The people of Texas are informed that in accordance with a proclamation from the Executive of the United States, all slaves are free." These words of U.S General Gordon Granger on 19th June 1865, spoken on Texas's soil, thrashed the shackles of slavery from the hands of black people. The 19th of June is a date of great significance when one talks about the history of racism in the United States of America. After 250 years of laws that enabled the enslavement of the African Americans, President Abraham Lincoln issued the Emancipation Proclamation on the 1st of January, 1863, declaring the enslaved as free. Despite the declaration, not all states abided by the law and continued with this gruesome and horrendous practice. One such state was Texas, where the news regarding the proclamation took two and a half years to reach the slaves. It was on June 19th,1865, when the Union soldiers informed the residents of Texas that slavery had been abolished, and they were free. In 1980, it became a state holiday commemorating the end of slavery in Texas. On the 17th of June, 2021, it was made a federal holiday. Biden, in what he called “one of the greatest honours” of his presidency, signed the bill two days before Juneteenth itself. The first Juneteenth was celebrated with food, dance, and music as the newly freed paraded their progress and autonomy, but as years went by, the celebration and memory diminished. Whitewashing history, refraining from discussing the dark past and withholding historical movements from school educations have contributed to this incognizance. However, since last year’s protests against George Floyd's murder, the significance of Juneteenth is gaining momentum again. These moments of black suffering and loss that were buried are once again being discussed in broad daylight.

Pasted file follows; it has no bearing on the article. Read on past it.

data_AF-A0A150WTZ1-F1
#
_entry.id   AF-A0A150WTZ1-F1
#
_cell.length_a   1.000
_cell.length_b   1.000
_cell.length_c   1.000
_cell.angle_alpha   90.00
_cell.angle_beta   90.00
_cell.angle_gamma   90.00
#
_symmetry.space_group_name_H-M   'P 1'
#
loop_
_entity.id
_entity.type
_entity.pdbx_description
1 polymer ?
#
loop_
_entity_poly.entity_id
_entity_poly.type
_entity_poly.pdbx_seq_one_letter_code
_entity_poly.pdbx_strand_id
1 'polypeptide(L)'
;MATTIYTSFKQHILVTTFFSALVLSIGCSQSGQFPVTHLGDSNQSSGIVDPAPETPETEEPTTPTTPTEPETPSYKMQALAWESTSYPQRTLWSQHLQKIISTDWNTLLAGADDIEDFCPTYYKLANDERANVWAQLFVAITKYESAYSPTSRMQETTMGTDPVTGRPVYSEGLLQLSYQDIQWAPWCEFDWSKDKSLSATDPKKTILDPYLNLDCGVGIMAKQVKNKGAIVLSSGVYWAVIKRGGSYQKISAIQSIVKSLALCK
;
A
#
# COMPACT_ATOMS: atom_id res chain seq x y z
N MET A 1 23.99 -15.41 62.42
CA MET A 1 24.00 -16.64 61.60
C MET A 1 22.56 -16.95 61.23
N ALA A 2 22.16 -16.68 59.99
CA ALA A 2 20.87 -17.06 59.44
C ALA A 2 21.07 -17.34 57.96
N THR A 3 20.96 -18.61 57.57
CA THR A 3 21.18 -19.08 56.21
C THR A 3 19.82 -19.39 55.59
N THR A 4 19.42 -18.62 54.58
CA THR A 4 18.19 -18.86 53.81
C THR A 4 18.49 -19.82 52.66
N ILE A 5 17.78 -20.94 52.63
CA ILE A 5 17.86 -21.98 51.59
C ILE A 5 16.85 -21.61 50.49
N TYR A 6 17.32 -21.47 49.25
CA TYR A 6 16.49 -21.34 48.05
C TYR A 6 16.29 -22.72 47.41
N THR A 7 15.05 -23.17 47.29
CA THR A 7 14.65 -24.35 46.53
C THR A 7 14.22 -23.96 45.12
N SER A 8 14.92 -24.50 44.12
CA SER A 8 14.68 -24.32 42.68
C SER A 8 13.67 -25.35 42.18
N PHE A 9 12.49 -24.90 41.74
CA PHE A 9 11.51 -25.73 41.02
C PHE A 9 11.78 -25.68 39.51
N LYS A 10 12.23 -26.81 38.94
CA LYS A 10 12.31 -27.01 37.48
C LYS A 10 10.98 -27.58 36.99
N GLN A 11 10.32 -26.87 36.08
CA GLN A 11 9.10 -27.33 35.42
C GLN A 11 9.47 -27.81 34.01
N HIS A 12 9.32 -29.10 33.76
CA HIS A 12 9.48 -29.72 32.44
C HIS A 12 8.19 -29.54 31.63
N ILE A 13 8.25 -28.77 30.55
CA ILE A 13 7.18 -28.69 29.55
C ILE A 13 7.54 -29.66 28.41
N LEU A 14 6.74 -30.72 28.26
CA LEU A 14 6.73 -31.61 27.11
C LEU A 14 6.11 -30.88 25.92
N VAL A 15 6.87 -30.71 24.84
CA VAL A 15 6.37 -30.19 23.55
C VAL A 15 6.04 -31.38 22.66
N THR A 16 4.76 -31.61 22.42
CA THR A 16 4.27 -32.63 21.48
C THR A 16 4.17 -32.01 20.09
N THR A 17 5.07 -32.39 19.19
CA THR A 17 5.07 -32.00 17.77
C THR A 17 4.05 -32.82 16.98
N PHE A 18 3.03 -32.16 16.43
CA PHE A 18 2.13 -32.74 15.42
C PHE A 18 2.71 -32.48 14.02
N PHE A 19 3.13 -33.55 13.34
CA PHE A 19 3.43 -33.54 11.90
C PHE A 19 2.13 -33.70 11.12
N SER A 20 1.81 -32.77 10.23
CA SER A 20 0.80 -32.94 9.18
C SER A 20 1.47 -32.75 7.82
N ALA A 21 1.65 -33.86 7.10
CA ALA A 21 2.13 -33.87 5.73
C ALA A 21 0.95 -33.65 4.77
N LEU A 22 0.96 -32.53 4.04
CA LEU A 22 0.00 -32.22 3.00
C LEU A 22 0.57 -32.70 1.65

This decision to celebrate a day that is meaningful to African Americans is a step towards acknowledging a community that has been discriminated against and mistreated for centuries. The past year has been quite successful in changing the narrative and making people aware that racial injustice isn't a long-forgotten ghost of the past, it's still here. The roots of racism run deep in America, therefore, it is a long battle to ascertain equality. Nevertheless, the national holiday of Juneteenth is a promising step in the direction of terminating racism from its core. It's okay to just start learning about these monsters of the past, and how they continue to walk amongst us today in the form of police brutality and hate crimes against people of colour. However, it's not okay to be silent when you see a racist and unjust act being committed. Calling people out and continuing to have these crucial conversations is the only way forward.
Written by:Shreya Mukherjee, Sunidhi Tyagi, Anupama Chadha.
Edited by: Isabel Williams.